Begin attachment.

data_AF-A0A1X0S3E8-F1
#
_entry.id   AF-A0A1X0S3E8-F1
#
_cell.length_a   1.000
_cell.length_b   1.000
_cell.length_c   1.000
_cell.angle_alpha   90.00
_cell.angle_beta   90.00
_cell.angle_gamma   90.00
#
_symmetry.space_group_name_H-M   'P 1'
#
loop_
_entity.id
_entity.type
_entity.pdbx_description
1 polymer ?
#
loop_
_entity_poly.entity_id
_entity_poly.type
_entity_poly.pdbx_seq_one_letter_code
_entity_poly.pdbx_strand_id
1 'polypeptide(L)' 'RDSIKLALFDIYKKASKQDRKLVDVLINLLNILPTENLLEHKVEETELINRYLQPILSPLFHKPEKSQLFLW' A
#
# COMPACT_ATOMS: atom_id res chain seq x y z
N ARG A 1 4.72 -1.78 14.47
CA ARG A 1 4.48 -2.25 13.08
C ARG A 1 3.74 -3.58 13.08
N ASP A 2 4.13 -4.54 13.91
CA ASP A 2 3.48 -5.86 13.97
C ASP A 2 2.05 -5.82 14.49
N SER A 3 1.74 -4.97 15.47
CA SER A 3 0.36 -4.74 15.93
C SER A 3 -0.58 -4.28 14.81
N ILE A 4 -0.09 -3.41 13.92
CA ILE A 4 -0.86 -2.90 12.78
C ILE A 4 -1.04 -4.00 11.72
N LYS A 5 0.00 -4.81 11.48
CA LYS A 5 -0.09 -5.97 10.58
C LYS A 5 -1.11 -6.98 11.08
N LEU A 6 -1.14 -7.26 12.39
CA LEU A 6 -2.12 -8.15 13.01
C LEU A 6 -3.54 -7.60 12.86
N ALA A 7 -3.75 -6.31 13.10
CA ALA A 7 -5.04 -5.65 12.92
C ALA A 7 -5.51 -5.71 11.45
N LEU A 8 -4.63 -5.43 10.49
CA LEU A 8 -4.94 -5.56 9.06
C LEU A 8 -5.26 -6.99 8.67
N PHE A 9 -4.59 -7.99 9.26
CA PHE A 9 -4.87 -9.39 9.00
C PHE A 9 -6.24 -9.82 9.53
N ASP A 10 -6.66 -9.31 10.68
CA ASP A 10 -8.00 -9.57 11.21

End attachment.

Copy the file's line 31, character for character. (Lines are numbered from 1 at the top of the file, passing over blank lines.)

N ASP A 2 4.13 -4.54 13.91